Your high school senior year is supposed to be the time of your life, and for me it was. Senior activities, homecoming, dances, prom, graduation, all that good stuff. But, it's also supposed to be the year you transition yourself. The year you get ready for the day you enter the "real world". SAT's, ACT's, finals, scholarships, college applications. I had all that stuff ready to go, or so I thought. My entire senior year, I spent all my time having fun, that going to college was the last thing on my mind. Boy did I regret that. May of senior year, the month of graduation, I was told that I wouldn't be able to graduate, and I found out that I was 11 weeks pregnant. You could only imagine how I felt, and everything that was going through my mind. But, if I knew then, what I know now, I would tell myself not to wait. Don't procrastinate on your future. As a mom, I only want what's best for my daughter. So, I would also tell myself, that education is your key to a better future. Don't take it for granted.
Choosing where you want to go to college at is a very important decision that should not be taken lightly. My advice to all of the students and parents out there searching for the right college is to actually visit and take the time to learn about the good and bad things about each school your interested in. If you know what you want to do or what you want to major in, you should talk to a student who currently attends the college and see what they think about it. Some colleges may look pretty good when your listening to the orientation leaders or counselors, but are not what they seem after they have your money. Secondly, once you are in college it is important to have time management skills to organize yourself and to juggle sports, classes, and your social life. Getting involved in some type of club or organization is the key to meeting people and will help you to make the most of your colege experience while having fun. Don't be afraid to meet new people and to ask for help when you need it.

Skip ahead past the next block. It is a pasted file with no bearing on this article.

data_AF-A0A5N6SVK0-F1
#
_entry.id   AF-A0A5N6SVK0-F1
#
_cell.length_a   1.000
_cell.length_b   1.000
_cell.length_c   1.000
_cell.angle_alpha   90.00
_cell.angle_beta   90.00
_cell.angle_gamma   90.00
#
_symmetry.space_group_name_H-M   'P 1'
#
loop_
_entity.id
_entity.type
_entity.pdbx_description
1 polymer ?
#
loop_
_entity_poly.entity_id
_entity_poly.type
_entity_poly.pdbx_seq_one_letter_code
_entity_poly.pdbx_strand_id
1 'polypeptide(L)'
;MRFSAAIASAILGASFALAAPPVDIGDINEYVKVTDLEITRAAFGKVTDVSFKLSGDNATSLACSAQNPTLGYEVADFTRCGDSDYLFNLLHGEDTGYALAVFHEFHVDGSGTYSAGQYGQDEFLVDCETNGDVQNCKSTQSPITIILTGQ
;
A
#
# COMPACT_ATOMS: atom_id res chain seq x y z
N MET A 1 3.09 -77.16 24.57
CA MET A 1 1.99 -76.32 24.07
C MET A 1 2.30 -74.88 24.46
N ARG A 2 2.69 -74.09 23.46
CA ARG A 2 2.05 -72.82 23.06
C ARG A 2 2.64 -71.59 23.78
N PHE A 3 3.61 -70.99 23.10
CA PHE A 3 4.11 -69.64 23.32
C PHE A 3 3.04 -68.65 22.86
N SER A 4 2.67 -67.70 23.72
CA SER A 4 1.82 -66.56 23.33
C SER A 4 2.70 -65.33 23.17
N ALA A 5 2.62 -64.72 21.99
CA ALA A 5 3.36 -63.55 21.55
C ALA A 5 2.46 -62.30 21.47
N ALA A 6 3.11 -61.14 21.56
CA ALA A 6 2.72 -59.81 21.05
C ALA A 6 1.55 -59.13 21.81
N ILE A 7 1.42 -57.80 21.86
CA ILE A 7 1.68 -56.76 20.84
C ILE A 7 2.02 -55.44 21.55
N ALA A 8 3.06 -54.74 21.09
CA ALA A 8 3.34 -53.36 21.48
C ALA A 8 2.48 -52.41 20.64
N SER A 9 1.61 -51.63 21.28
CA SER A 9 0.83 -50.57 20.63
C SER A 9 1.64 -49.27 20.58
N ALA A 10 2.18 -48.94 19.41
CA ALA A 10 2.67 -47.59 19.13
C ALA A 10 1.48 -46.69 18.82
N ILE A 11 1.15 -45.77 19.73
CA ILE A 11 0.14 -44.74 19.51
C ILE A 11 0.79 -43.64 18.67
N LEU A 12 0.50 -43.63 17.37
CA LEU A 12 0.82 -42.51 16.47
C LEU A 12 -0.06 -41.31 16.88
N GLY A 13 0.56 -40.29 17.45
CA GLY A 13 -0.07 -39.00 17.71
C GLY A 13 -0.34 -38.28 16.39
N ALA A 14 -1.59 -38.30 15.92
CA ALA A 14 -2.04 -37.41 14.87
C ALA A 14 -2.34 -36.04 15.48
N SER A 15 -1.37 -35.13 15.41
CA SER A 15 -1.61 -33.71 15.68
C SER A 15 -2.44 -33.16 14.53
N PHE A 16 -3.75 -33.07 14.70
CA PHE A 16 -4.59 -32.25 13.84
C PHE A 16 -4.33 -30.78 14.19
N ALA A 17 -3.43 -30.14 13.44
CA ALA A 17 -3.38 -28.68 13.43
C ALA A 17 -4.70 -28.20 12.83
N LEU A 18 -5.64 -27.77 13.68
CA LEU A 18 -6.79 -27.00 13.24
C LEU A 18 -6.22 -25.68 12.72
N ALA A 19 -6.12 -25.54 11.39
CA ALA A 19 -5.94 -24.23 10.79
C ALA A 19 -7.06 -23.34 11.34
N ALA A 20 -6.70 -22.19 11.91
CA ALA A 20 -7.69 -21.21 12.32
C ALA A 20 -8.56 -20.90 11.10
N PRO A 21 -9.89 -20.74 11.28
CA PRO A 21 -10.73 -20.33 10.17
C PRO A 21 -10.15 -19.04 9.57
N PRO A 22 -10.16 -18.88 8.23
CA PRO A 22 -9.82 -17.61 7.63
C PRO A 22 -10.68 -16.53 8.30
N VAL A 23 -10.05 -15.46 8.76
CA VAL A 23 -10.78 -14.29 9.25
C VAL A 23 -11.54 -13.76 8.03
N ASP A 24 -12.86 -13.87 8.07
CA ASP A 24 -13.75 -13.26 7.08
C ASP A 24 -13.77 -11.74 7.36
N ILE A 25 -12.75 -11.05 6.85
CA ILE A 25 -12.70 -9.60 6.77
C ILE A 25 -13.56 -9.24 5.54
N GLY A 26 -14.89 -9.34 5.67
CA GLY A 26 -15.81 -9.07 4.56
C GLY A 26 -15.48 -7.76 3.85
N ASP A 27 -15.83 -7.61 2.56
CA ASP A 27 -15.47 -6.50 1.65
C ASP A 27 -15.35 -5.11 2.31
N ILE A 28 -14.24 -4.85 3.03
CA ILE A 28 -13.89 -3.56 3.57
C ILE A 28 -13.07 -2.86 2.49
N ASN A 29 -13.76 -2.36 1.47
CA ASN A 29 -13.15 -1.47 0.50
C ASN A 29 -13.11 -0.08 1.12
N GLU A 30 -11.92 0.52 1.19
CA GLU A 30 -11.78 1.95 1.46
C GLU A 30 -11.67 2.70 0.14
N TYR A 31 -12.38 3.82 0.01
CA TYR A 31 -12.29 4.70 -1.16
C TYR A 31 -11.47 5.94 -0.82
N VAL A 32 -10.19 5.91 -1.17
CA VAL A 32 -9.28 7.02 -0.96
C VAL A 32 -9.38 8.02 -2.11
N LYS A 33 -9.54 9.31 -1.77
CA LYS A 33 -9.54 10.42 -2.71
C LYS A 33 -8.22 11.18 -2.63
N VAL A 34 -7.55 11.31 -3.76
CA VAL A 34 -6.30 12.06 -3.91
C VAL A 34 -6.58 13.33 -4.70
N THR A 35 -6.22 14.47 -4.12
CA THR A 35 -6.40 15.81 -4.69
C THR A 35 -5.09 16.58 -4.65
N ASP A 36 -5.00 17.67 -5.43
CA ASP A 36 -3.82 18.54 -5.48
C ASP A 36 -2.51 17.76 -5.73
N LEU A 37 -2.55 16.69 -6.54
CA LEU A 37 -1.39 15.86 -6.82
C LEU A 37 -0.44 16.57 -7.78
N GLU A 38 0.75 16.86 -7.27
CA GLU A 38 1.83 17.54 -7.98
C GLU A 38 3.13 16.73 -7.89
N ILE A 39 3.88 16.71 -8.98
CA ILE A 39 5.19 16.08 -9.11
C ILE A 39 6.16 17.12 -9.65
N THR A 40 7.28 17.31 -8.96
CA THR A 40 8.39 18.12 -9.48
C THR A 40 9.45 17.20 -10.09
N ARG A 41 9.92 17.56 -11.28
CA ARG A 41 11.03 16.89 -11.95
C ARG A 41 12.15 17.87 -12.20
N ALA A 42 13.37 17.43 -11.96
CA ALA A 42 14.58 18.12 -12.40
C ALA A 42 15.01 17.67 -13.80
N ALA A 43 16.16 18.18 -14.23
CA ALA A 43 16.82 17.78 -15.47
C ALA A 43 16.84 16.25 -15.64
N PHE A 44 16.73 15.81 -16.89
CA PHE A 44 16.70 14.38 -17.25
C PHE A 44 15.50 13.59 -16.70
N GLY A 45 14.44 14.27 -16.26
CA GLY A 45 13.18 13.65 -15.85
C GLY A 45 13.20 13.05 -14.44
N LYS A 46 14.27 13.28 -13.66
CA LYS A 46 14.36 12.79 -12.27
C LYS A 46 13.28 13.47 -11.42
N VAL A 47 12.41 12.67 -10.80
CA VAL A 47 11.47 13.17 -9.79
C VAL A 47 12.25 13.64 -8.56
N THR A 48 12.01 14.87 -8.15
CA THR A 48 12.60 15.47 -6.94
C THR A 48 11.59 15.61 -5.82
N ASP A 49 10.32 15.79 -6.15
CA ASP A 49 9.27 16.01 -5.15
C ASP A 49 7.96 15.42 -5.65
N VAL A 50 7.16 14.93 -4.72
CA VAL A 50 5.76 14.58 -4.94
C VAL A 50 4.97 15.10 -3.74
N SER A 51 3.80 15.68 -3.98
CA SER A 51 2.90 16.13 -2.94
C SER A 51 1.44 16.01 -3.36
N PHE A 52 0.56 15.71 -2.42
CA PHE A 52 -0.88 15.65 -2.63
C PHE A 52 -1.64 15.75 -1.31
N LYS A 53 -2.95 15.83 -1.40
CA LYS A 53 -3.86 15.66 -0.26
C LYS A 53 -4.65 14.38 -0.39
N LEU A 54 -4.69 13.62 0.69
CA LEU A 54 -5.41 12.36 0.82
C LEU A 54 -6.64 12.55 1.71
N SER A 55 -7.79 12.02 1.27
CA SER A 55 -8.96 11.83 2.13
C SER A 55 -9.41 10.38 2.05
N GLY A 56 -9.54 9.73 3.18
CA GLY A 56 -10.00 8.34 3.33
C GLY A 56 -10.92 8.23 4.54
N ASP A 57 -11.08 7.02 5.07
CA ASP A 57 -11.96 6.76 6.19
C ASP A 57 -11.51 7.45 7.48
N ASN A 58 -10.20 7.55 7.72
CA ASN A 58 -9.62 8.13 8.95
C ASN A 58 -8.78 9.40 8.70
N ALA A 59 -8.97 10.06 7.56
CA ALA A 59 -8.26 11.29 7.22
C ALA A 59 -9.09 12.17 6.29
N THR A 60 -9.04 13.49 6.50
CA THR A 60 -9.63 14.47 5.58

I grew up in a small town, and i recently moved to long beach for school. I have learned so much in these last few months, and i feel like college has made me grow into my own person. Comming from a small town you could say i was a bit sheltered, moving to the city has been a whirwind experience and i have loved every minute of it. I have delt with many new challenges both tramatizing and exciting and i'm looking forward to more challenges whether they are good or bad. I know that no matter what i go through or have already endured that i will just continue to gain strength and my own self identity. College has introduced me to many new people that i will hold close to me for the rest of my life. My roommate is a influential girl that has a great time but knows what she wants in life and is directed towards her goals. I have learned a lot from her alone and hope to meet more inspiring people along this wonderful journey. I would be so greatful if you would consider me for this opportunity.
Although selecting the college of your choice may seem easy, it can be very difficult. I found myself struggling between three colleges of my choice, but am so glad with the decision I made. The best advice I can give to anyone who is having trouble or is curious on how to choose the right college, is to tour the campus and ask yourself if you can really see yourself going there. Only you can be the judge of what you truely want in your college experience. The best way to make the most out of your college experience, is to just simply be open to meeting new people and getting involved! Even if you don't play a sport or want to join a fraternity/sorority, there are other options such as intramural sports, clubs, and other campus activities that help bring students together in the college community. Not only will being involved allow you to meet other people, but it will allow you to enjoy your college experience as well.
If I could go back in time and talk to myself as a high school senior I would tell myself to stay pretty much the same when it comes to college life. I was an early college student so I was already in college classes at the age of 14. I would tell myself not to stress so much and too relax a little more. I would tell myself not to put limitations on anything—life, love, school, work or anything else. I would make sure I knew that I can do anything and that college at a four year school is almost the same as it was in high school. Just that the work is more strenuous. I would tell myself to continue to have my head on straight and not to stray from what I wanted. Although I love the college I go to, I would probably tell myself to apply to more schools. Maybe even an out of state school. I would make sure I knew that life goes on no matter what life throws at you. I would tell myself everything will be ok.